Wednesday night’s presidential debate that took place at Denver University between President Obama and GOP presidential nominee Mitt Romney, has officially been deemed the most tweeted about event in U.S political history. The presidential debate even topped record numbers that were set from the Republican and Democratic National Convention.
Twitter reported 10.3 million tweets were sent over the entire 90-minute debate, with tweets peaking around 9:53pm. Updates about the official numbers from the presidential debate are recorded and updated from the Twitter Government & Politics Team, who’s jobs is to track creative and effective uses of Twitter for civil engagement.
The 2012 president debate even shattered records that were recently set by Obama himself at the Democratic National Convention racking in 52,757 tweets per minute.
The most notable moments, revealed by Twitter came when: moderator Jim Leher responded “lets not” to Mitt Romney when he requested a topic, Obama joking he was only given “five seconds,” and during their discussions on Medicare.
After Romney’s remarks on Big Bird stating he “loves Big Bird,” but still plans to cut subsides on PBS, Twitter blew up with remarks from debate viewers. According to reports by Twitter, 17,000 tweets per minute mentioning Big Bird were tweeted. A great deal of attention was also paid to moderator Jim Leher, with most people commenting negatively on his performance for being too lenient on the candidates. Users dubbed him “Poor Jim”, which began trending.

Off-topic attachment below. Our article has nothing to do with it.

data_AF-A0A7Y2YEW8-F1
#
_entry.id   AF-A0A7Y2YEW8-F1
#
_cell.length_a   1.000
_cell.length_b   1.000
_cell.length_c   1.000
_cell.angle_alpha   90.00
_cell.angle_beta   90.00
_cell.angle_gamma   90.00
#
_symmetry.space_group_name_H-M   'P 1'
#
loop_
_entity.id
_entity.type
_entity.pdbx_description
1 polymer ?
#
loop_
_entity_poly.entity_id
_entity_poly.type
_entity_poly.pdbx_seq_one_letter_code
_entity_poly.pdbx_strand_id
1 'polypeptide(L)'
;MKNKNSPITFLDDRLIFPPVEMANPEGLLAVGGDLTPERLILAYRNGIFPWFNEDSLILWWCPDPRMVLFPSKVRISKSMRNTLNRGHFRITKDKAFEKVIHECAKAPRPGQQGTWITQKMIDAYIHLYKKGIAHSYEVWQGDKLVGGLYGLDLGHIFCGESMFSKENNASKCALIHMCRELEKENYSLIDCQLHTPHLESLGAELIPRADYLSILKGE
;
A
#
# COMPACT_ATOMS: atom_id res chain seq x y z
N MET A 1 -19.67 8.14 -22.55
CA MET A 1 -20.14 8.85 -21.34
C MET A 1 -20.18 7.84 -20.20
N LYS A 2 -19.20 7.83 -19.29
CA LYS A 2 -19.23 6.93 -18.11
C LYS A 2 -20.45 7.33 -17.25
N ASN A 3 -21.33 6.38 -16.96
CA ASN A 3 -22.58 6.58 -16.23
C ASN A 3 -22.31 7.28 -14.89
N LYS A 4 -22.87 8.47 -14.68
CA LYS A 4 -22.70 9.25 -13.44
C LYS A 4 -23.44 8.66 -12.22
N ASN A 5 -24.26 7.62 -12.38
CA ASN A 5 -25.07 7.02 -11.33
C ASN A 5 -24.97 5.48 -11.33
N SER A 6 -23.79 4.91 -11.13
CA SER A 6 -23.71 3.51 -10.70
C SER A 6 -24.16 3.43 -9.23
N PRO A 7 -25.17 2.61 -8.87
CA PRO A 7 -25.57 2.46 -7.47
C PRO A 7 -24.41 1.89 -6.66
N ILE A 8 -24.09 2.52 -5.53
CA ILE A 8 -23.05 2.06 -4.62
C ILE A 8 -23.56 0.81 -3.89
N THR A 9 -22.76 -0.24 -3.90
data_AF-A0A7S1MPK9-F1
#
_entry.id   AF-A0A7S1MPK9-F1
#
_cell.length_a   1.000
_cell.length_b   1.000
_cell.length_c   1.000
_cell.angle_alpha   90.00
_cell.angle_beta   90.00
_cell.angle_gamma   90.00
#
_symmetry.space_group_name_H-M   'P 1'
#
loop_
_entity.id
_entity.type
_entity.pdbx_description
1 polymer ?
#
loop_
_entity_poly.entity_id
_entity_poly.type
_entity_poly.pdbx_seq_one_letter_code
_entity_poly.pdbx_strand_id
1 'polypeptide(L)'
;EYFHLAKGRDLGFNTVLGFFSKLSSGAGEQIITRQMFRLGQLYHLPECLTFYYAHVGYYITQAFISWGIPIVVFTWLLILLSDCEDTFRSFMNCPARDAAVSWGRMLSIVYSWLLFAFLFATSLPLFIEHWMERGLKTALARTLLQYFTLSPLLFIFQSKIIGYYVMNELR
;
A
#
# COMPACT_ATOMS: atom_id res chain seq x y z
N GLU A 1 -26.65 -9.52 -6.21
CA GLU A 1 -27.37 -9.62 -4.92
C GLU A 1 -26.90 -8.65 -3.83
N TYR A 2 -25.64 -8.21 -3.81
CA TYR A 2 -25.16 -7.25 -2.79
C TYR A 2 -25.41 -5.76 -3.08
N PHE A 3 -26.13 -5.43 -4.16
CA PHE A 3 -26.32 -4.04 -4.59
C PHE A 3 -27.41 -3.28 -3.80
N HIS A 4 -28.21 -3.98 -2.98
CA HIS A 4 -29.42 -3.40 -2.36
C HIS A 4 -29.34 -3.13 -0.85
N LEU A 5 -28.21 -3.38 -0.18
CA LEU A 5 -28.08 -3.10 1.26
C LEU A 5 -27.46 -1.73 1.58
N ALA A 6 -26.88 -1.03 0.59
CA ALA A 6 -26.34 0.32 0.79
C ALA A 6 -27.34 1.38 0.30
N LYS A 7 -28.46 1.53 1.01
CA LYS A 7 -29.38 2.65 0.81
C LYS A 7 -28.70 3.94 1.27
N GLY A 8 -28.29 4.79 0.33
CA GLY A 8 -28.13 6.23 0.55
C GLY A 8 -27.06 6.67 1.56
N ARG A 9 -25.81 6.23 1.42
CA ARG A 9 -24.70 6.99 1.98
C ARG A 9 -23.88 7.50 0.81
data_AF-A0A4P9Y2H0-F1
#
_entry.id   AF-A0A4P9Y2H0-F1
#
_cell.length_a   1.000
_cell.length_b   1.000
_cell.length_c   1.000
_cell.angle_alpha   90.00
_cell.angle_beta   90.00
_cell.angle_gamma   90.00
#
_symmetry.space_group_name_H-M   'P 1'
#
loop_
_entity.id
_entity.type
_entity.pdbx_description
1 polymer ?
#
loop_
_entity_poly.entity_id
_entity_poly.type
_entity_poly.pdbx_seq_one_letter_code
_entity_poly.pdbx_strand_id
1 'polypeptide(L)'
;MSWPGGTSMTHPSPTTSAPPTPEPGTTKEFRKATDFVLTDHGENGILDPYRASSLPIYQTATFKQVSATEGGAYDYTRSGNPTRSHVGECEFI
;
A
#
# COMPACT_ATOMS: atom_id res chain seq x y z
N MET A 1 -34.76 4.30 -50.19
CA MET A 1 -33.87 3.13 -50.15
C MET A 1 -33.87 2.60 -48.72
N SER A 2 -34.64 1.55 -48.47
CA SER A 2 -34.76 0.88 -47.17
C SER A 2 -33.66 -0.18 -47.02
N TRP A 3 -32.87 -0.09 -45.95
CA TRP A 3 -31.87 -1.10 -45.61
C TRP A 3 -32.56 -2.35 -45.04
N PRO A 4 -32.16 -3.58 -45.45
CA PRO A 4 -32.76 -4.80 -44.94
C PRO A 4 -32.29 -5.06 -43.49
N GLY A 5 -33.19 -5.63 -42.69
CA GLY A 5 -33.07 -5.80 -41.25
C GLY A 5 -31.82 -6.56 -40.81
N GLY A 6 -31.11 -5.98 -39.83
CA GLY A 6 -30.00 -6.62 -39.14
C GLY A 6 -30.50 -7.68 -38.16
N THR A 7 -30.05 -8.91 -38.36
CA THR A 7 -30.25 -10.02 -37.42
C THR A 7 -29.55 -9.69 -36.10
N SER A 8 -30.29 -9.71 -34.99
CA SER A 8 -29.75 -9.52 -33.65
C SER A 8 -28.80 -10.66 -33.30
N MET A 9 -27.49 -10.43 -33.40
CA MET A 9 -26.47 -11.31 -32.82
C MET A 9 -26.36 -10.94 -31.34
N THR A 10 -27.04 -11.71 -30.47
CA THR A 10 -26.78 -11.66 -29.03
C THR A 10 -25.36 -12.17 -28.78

The presidential debate broke all previous political records before the actual debate even began. 24 hours prior to the event, the 2012 political debate shattered all four 2008 debates in terms of the number of tweets generated. Despite the fact that Twitter had just got off the ground in 2006, substantial numbers suggest that this election has people involved and engaged in ways our country has never seen before.
Until recently, viewers would have had to watch the entire 90-minute broadcast before hearing official analysis and reactions, but all this changed with the birth of Twitter. The social media site allows voters to engage in an ongoing political conversation instantaneously, and is available to anyone who is interested in joining the network.